TTAWA — The federal government is scaling back a planned hike to Employment Insurance premiums and limiting future increases.
Finance Minister Jim Flaherty announced Thursday that the government will hike premiums by five cents per $100 of insurable earnings on Jan. 1 instead of the projected 15-cent hike.
Flaherty also said the government will limit future increases to a maximum of 10 cents per $100 of insurable earnings.
He said the decision will save employers and employees $1.2 billion next year over what they would have paid under the planned hike.
The announcement limits the 2011 premium rate to a maximum of $1.78 per $100 of insurable earnings.
“This will support job creation by leaving more money in the hands of businesses and their employees ... in a time of fragile economic growth,” Flaherty said.
“Together, these new limits strike an optimal balance between supporting economic recovery and ensuring that the EI program breaks even over time.”
The minister is also launching cross-country consultations on how EI rate-setting “can be further improved to ensure more stable, predictable rates going forward.”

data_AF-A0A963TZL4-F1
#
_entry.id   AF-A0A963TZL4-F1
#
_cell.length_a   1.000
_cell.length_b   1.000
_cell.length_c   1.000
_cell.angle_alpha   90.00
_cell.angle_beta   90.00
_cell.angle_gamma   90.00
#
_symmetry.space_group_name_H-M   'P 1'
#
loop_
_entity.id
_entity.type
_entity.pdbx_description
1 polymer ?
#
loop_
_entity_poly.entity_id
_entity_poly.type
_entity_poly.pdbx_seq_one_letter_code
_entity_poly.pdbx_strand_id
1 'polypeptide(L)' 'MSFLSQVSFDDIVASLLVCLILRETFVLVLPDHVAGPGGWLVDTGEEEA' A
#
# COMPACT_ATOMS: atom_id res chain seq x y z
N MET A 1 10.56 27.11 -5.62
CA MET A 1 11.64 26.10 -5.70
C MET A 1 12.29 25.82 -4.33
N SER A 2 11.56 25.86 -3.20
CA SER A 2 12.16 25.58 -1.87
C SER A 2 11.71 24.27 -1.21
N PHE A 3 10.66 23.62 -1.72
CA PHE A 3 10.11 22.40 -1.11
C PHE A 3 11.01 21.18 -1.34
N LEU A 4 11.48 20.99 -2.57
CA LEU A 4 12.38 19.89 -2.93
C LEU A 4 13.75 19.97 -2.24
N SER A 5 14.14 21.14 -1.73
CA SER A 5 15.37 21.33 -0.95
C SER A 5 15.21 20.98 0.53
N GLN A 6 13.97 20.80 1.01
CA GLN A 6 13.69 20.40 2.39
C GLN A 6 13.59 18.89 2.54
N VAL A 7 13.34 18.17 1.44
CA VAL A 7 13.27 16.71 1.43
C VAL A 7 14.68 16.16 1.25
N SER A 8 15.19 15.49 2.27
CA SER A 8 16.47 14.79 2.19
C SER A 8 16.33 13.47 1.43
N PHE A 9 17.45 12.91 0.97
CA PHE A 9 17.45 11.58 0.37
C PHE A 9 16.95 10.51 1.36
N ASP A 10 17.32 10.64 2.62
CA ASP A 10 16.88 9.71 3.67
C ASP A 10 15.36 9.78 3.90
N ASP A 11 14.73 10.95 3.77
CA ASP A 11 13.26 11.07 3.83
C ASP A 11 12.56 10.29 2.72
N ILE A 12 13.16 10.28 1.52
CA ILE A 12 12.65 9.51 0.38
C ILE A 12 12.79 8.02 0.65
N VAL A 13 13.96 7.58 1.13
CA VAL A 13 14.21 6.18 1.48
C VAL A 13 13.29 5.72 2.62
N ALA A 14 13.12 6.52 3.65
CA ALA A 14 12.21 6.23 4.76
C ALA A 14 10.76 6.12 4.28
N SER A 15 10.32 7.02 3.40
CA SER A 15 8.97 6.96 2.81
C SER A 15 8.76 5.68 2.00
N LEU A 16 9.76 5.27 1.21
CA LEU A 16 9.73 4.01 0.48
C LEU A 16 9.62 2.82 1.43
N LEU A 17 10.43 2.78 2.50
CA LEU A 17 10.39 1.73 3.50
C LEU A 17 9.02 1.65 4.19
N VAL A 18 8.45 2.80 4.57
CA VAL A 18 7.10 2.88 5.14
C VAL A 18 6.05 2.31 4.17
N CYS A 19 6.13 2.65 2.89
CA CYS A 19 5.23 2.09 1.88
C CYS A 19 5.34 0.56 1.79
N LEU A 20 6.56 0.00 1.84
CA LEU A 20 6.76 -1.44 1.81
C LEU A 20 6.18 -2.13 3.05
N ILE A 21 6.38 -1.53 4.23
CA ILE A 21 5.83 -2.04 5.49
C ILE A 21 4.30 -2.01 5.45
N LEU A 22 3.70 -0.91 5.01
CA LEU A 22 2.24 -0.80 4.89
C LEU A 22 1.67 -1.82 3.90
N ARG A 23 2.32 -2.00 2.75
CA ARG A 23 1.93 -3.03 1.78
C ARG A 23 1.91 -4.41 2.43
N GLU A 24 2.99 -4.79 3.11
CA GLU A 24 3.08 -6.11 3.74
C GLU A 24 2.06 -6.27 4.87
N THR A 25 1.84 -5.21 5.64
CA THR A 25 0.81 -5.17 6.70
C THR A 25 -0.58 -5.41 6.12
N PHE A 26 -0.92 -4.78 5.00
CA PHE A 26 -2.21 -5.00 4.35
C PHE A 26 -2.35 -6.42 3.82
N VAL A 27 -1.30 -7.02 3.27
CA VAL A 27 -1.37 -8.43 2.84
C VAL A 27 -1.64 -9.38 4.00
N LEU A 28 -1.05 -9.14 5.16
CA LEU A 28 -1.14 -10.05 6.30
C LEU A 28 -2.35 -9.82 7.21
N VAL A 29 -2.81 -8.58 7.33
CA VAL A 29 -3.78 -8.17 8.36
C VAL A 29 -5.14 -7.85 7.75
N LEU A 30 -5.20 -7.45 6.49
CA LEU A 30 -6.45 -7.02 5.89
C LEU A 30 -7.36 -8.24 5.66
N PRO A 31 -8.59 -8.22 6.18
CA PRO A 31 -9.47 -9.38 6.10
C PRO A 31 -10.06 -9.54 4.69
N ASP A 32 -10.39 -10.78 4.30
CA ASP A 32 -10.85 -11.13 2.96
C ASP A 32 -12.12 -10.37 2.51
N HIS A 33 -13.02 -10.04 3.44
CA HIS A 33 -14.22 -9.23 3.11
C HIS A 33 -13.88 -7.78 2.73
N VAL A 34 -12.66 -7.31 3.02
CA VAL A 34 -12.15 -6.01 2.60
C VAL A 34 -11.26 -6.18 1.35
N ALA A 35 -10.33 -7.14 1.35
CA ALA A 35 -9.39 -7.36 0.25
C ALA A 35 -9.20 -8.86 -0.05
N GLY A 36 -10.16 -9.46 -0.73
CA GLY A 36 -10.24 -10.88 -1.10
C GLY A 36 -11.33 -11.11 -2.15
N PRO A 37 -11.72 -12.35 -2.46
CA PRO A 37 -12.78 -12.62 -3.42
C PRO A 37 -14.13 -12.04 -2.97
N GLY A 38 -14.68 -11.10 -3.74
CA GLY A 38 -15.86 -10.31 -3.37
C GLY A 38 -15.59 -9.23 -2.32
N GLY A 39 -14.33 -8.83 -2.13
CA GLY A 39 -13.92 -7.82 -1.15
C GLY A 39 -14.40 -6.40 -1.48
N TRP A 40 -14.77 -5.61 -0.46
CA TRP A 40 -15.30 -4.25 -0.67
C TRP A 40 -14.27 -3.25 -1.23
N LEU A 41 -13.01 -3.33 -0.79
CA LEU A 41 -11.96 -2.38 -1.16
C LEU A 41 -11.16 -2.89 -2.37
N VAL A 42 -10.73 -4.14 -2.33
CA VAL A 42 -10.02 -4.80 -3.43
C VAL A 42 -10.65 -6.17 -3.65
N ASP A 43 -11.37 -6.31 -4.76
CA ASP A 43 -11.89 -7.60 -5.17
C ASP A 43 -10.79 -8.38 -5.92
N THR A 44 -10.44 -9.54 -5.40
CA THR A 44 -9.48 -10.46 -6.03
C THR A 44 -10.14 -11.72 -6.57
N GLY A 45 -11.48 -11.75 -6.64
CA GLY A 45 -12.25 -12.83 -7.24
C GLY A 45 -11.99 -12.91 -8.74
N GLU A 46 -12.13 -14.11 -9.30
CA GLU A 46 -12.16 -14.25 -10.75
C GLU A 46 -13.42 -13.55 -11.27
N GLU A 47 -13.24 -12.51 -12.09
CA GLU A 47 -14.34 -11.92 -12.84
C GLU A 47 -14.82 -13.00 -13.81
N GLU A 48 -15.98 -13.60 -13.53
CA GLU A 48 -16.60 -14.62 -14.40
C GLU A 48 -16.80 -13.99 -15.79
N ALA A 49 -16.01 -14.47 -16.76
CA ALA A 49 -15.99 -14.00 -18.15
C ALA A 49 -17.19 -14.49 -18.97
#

“In reviewing EI rate-setting, we will not abandon our commitment to a program that breaks even over time,” he said.
While the Canada Employment Insurance Financing Board will continue to ensure EI revenues only cover program costs, Flaherty said it’s “obvious that the unprecedented effects of the global financial crisis have taken their toll on the current rate-setting mechanism.”
“The cumulative deficit built up over the last two years would require high, steady increases in EI premiums over a number of years to repay the deficit in the program’s finances,” he said.
“That is something that is simply not appropriate at a time when we are trying to support economic growth and recovery.”
The Canadian Federation of Independent Business had estimated the projected maximum hikes could cost as many as 170,000 jobs by making hiring more expensive.
A federation spokesman called the campaign against the hikes “probably the biggest lobbying effort in the history of the CFIB.”
“Certainly this is a step in the right direction and one that we had to fight for,” said Satinder Chera, a vice-president.
“When we’ve surveyed small-business owners, they’ve often said that payroll taxes are really one of the biggest impediments to growing their business, to hiring employees. In a sense, they’re a job-killer.”
The CFIB didn’t get everything it wanted, since there hasn’t been a complete rate freeze, but Chera said it recognizes the EI system has to pay for itself and be affordable for employers and employees.
While Canada’s economy has recouped the more than 400,000 jobs lost during the recession, the unemployment rate remains at 8.1 per cent — about two points higher than in 2008.
Statistics Canada says there are about 370,000 more Canadians officially unemployed now than was the case two years ago.